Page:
Political scientist examines corruption in public life

Political scientist examines corruption in public life

(PRESS RELEASE VIA SNO) – As several countries in the region hold or plan to hold general elections this year, a publication has just been released which examines some critical political and governance issues for Caribbean countries, including the broader matter of corruption in public life.

Senior lecturer in Political Science at The University of the West Indies, Cave Hill Campus Cynthia Barrow-Giles analyses the issues in her just-released work The National Integrity System and Governance in the Commonwealth Caribbean.

The book which is published by Carib Research & Publications Inc. ([email protected]) examines the concept of the National Integrity System developed by Transparency International, and it considers some of the major issues of integrity in Governance identified in this concept. It then applies these ideas to an analysis and understanding of the function of National Integrity Systems in the Commonwealth Caribbean. In doing this the book examines regional and global best practices and discusses the deficiencies in integrity systems in the Commonwealth Caribbean.

Its core thesis is that a well-functioning integrity system will contribute to good governance through checks and balances, oversight, transparent processes and accountability of office. The book argues that the establishment and strengthening of integrity systems do not only demand an identification of the opportunities for the reinforcement of various pillars of the National Integrity system (NIS), but that these will fight against the scourge of corruption.

While the book focuses primarily on state institutions, processes and activities, it also assesses the private sector, political parties, the media and civil society as critical ingredients in the nexus between a poorly functioning national integrity system and corruption.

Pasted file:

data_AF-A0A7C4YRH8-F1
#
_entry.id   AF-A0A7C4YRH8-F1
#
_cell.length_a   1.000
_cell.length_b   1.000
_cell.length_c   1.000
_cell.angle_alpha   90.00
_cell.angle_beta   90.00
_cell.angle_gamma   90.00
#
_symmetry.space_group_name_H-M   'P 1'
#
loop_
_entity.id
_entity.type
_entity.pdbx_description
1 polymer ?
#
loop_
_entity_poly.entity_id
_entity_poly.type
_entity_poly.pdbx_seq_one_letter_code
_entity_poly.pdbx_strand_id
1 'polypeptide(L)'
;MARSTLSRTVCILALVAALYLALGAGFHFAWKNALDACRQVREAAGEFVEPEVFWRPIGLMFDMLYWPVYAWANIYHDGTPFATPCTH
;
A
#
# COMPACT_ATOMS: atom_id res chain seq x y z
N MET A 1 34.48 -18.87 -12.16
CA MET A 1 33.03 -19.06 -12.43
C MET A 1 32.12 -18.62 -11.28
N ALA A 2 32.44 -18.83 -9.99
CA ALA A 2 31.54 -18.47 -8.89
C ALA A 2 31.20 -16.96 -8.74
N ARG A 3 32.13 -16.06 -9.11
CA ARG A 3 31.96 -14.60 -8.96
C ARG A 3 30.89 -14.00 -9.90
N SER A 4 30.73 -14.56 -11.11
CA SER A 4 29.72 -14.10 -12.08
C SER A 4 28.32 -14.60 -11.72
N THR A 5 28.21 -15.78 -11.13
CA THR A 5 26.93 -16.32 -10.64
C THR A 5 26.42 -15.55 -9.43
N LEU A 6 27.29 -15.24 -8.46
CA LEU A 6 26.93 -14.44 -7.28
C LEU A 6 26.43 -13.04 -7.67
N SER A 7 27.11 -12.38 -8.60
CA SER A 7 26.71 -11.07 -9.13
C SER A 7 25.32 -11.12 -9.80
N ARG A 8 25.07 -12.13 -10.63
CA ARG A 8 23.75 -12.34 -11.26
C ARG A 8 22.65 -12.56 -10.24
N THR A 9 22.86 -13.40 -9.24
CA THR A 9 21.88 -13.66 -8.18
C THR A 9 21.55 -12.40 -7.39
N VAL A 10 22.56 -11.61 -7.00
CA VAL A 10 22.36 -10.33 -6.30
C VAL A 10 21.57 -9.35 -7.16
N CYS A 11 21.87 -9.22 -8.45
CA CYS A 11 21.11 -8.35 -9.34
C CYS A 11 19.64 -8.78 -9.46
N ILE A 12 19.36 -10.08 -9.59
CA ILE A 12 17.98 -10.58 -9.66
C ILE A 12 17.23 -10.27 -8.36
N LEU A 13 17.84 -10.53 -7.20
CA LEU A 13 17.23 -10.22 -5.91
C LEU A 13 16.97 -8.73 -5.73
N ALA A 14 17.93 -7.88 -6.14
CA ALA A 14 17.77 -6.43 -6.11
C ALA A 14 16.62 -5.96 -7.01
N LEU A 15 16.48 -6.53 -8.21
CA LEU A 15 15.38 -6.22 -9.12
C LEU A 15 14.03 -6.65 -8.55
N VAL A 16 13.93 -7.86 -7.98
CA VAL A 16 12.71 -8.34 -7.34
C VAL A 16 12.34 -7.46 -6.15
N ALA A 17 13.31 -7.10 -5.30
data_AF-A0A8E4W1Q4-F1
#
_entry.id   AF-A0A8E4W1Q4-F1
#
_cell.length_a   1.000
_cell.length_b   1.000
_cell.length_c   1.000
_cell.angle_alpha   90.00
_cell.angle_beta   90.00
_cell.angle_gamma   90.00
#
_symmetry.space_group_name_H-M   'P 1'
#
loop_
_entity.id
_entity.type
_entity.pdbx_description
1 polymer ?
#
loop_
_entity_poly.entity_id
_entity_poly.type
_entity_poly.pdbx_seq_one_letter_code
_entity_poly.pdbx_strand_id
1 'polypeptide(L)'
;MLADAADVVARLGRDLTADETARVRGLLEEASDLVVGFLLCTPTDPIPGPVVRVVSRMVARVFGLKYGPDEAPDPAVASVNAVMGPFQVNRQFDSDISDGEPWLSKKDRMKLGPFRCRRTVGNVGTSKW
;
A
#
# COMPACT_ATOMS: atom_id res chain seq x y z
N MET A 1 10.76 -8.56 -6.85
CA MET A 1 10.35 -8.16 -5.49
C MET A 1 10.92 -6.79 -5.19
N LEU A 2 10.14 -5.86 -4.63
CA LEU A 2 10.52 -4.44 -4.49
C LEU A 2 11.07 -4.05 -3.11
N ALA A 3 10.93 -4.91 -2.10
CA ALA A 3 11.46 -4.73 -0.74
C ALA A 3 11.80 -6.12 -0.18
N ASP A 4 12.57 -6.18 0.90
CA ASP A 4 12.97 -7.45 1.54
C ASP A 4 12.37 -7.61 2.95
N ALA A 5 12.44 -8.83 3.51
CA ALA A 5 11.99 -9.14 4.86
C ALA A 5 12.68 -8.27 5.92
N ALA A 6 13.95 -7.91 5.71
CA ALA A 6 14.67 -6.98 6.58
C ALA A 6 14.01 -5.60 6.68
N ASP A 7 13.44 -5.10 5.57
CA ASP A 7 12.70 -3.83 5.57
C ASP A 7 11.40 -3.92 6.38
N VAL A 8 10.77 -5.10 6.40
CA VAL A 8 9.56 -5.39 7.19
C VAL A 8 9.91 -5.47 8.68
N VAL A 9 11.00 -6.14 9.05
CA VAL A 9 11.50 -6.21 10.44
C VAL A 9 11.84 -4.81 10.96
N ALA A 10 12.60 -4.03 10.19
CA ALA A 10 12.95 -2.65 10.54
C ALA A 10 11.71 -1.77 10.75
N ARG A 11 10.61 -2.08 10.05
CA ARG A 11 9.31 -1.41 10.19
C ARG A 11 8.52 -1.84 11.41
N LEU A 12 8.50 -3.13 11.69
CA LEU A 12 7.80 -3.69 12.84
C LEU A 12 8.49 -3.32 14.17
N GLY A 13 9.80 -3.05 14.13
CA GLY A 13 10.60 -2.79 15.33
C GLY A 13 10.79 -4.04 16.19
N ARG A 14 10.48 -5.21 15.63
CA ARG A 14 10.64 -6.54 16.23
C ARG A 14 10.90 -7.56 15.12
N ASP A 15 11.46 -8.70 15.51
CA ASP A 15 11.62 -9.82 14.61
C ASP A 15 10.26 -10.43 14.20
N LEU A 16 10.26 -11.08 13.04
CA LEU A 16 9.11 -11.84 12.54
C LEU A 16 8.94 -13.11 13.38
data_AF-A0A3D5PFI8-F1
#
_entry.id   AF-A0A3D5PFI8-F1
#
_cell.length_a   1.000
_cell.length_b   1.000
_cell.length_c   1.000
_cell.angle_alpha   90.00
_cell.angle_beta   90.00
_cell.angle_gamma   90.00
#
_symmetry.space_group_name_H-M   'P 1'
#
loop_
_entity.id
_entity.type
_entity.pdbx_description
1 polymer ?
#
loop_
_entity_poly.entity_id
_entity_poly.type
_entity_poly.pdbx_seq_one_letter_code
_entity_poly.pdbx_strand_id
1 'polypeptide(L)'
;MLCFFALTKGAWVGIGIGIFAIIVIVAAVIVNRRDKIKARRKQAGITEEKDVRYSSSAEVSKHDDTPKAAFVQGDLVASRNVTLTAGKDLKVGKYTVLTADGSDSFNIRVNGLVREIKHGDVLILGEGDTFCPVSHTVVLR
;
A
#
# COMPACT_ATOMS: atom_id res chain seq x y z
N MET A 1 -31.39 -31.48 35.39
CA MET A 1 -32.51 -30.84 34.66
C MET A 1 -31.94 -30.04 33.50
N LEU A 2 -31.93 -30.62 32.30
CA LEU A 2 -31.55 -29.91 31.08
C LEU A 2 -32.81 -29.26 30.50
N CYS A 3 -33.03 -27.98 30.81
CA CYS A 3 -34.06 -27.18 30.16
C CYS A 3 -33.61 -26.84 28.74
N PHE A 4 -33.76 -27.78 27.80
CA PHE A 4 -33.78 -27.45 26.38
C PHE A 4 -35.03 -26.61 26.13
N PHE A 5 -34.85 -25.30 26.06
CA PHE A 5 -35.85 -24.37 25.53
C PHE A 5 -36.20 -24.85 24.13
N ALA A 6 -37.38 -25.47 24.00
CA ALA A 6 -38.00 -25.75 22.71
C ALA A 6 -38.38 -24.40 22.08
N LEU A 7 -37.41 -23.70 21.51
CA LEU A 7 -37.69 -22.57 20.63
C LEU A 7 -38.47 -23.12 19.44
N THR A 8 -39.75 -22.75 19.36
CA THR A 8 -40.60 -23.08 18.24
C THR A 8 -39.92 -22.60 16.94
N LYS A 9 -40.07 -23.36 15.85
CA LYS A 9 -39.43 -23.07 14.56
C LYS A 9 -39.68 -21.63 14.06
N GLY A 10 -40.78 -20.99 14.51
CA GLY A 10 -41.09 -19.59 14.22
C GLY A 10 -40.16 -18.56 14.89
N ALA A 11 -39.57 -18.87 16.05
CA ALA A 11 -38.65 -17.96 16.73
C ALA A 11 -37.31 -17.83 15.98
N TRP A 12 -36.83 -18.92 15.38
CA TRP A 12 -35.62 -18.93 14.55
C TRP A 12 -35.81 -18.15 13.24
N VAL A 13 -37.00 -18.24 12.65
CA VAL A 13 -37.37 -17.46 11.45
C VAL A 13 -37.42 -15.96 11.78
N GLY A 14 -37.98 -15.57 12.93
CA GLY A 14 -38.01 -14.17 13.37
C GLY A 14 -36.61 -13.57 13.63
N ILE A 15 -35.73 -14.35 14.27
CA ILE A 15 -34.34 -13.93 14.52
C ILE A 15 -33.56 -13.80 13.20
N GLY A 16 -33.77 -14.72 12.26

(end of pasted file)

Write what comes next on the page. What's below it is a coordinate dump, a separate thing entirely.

Fellow Political Scientist and Head of the Department of Government, Sociology and Social Work at The University of the West Indies ( UWI), Cave Hill, Dr. Tennyson Joseph, says Barrow-Giles’ publication “makes an important contribution to political science, public policy, governance and constitutional development research in the Caribbean.”

“[The] author comes to her subject with the perfect combination of lived professional experience and academic research. Having served as OAS and Commonwealth elections observer in several parliamentary and presidential elections in the Caribbean, Africa, and Asia over the past ten years, currently a member of Integrity Group Barbados (IGB) a civil society grouping, and also having sat on at least one constitution review commission in the Caribbean (St. Lucia), in addition to having undertaken several research projects on corruption, election campaign financing, governance and gender equity, Barrow-Giles hones in on a number of institutional and political-cultural features and systems which need to be addressed in resolving the persistent and endemic features of corruption in Caribbean public life.”

“One of the strengths of the book is its mastery of the Caribbean institutional environment necessary for studying and resolving issues of corruption. The author, for example provides useful empirical data on campaign financing, the institutional checks and balances, and existing legislative framework that complements any theoretical or speculative commentary on governance in the Caribbean.

The more than 20 tables and illustrations that pepper the pages of the book attest to its grounding in empiricism and concrete data. Similarly, in the introduction she provides in a clear and easy-to-understand manner, the intuitional variables which must be taken into account in understanding the National Integrity System.

In this regard, the book is a useful study on the Caribbean institutional environment, and as such, it provides a useful balance to Caribbean political science research in a context where many of the existing UWI studies have had a historical, theoretical, philosophical and speculative bias.

While congratulating the author on a valuable contribution to Caribbean political development, Joseph suggested that another main contribution of the book is its utility to practitioners.

“Barrow-Giles not only highlights the existing challenges of corruption, but in doing so, provides useful alternatives for strengthening existing systems. This makes the book more than an academic study, but equally qualifies it as a guidebook for practitioners. The book will be of great value to constitutional and legal reformers, civil society agencies interested in governance issues, development agencies, students of Caribbean politics, public officials and citizens as a whole.”


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